Wednesday, November 3rd:
Wednesday morning my mom and Karlie came by the house. They lifted my spirits once again and painted my toenails. I then had a chiropractor appointment at noon to see if my chiropractor could help with the intense hip pain and to help baby get into a better position. For the next 2 hours Karlie, Michael and I walked around the neighborhood, stopping when contractions hit. Our midwife came back and checked my cervix, this time with a little more help and coaching from Karlie and Michael. I was only 4 cm dilated. Jennifer decided to take some blood to make sure it wasn’t an infection causing the contractions because I wasn’t really progressing at all. Jennifer left to run my blood to the lab. Right after she left I had an intense contraction and noticed clear fluid running down my leg; it was around 5 pm that my water broke. Contractions felt like they were picking up so we called our midwife and Michael started setting things up. I was so excited that something was happening! Jennifer showed up at 8 pm with all her supplies (By the way, midwives come with LOTS of supplies. She had 3 trunks full of equipment). By 9 pm the tub was set up and I got in. Mary, the midwife assistant, also showed up at this time. I was in the tub for about 30 minutes but couldn’t really feel the contractions anymore. I could tell that the warm water was slowing labor down, but it really did feel so good! I got out of the tub and at 10 pm Jennifer checked me again. I was still tensing up really bad but it seemed like my cervix had made progress. At that point we believed we were in active labor.
From 10-12 Michael and I worked through contractions like champs. We were pulling out all of our tricks from our childbirth classes. I remember thinking, ‘why am I so alert?’ ‘This isn’t that bad, I mean the contractions are really intense but not impossible to work through’. By 2 am my midwife checked me again and could not feel any cervix, we thought this must mean I was fully dilated. It was so strange because I had no urge to push. For the next hour, Michael and I were in the nursery while the birth team got rest and we were seeing if I could ‘push’. But nothing. Karlie had to leave at 5 am to go back to work in Chattanooga and I started feeling frustrated. We were so close to meeting our little one, we were absolutely exhausted and I knew things were strange.
Thursday, November 4th:
By morning my midwife knew that something was not right. We decided to get me on the bed and try some assisted pushing. She wanted to feel my cervix while I pushed during a contraction to get an idea of what was going on. With the help of Mary and Michael, I was able to fully relax so Jennifer could do another cervical check. They massaged my legs, used hot compresses and even lavender oil. It was at this point that Jennifer realized what was really going on. In the gentlest voice and with tears in her eyes, she told me that she was finally able to feel the cervix for the first time. Jennifer had been concerned that the reason I was not progressing was because my pelvis was too small. But after that last check she knew I had room to get my baby out. However, I was only 4 cm dilated with a very posterior cervix. Because of my previous trauma my pelvic floor muscles were so tight that she was not able to do an adequate exam the night before; the muscle felt like a bone. She had to put transferring to the hospital on the table because instead of being 10 cm dilated without the urge to push, I was barely in active labor and my water had been broken for over 12 hours. It is my midwife’s and Vanderbilt’s policy not to wait more than 24 hours after the membrane has ruptured due to the risk of infection, especially without any progress. Because I was exhausted, they thought maybe an epidural is what I needed to facilitate the relaxation of the pelvic floor.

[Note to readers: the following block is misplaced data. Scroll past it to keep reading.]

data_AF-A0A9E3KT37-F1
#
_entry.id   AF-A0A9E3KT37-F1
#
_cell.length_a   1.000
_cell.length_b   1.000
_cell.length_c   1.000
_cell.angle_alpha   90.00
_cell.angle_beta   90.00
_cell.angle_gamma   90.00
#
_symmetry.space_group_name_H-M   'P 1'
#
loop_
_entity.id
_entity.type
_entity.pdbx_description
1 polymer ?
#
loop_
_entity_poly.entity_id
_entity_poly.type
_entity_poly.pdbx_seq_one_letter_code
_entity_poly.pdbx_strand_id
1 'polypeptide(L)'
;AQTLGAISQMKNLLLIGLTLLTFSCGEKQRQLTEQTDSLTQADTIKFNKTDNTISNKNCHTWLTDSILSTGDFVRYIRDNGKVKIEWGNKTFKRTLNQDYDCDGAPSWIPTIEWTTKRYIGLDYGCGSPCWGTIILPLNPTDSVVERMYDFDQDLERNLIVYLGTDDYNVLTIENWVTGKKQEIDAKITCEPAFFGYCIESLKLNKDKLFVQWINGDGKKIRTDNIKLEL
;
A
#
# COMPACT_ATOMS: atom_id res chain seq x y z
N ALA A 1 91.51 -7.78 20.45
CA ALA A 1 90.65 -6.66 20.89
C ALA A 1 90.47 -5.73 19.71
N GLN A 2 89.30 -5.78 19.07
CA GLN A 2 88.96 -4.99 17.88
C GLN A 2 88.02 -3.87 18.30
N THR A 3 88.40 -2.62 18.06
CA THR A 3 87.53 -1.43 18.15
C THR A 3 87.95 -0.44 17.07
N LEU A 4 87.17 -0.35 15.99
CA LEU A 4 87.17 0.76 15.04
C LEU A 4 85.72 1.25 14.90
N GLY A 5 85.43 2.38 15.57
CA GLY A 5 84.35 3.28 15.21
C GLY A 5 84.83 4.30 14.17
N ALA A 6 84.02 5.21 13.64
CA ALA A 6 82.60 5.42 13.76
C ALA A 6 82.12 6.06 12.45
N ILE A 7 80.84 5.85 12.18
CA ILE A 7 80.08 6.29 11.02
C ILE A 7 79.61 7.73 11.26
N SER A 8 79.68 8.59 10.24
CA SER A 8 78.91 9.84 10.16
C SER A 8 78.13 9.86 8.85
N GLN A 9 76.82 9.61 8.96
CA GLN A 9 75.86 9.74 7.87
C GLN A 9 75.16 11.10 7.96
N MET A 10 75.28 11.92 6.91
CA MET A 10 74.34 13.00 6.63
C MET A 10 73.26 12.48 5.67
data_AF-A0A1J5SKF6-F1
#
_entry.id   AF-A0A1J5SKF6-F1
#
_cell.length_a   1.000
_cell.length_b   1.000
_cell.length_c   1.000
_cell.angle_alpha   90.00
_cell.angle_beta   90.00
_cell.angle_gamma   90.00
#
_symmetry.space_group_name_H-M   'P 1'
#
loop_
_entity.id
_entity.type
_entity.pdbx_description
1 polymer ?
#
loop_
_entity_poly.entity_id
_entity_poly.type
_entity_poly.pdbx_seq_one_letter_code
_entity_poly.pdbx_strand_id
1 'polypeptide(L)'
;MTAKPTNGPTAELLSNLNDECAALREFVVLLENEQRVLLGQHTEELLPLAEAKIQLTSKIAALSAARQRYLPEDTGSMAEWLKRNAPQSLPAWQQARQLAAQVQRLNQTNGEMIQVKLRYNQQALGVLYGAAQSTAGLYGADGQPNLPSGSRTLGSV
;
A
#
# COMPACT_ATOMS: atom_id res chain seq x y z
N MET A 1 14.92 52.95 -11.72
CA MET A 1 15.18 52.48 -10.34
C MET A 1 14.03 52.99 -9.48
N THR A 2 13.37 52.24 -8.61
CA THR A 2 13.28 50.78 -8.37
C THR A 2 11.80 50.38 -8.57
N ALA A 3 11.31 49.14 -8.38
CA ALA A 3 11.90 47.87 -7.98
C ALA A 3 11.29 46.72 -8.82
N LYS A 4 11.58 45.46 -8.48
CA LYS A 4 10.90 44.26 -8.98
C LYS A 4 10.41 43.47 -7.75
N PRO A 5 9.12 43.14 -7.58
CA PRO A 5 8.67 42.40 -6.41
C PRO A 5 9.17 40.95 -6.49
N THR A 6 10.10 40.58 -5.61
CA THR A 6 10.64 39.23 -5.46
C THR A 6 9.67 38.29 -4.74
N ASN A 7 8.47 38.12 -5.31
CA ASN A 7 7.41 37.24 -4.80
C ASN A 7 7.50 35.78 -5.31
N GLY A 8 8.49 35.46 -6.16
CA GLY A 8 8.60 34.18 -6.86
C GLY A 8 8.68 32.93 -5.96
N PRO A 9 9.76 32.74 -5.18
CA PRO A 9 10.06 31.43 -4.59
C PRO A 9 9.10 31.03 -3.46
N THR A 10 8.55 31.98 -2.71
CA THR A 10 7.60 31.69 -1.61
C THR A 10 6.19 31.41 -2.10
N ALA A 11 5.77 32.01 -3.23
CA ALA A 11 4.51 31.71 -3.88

This is when we hit rock bottom. We were pretty much told that after 3 days of consistent contractions, and what we thought was the end in sight, we were starting all over. We were still in early labor. I was exhausted, Michael was exhausted and we did not know what to do. I was in shock. I didn’t know how to process it all. I remember not feeling any emotion, like I was numb. I asked her if we could have a minute and once she left, Michael and I sobbed in our bed for almost an hour. So many thoughts were racing through my head – What do I need to pack for the hospital? Will I be sleeping at the hospital tonight? Should I just get a C-section? How will we pay for it all? So I am not having a home birth? And more than all of that I was thinking that I can’t do this anymore. I have no energy. I have no drive. I am done. Can someone just knock me out for the next 3 days? And as I am feeling those emotions, contraction after contraction continued to hit me. These were really hard to work through emotionally because I had thought they were transition contractions and now I know these were only early labor contractions. I was struggling.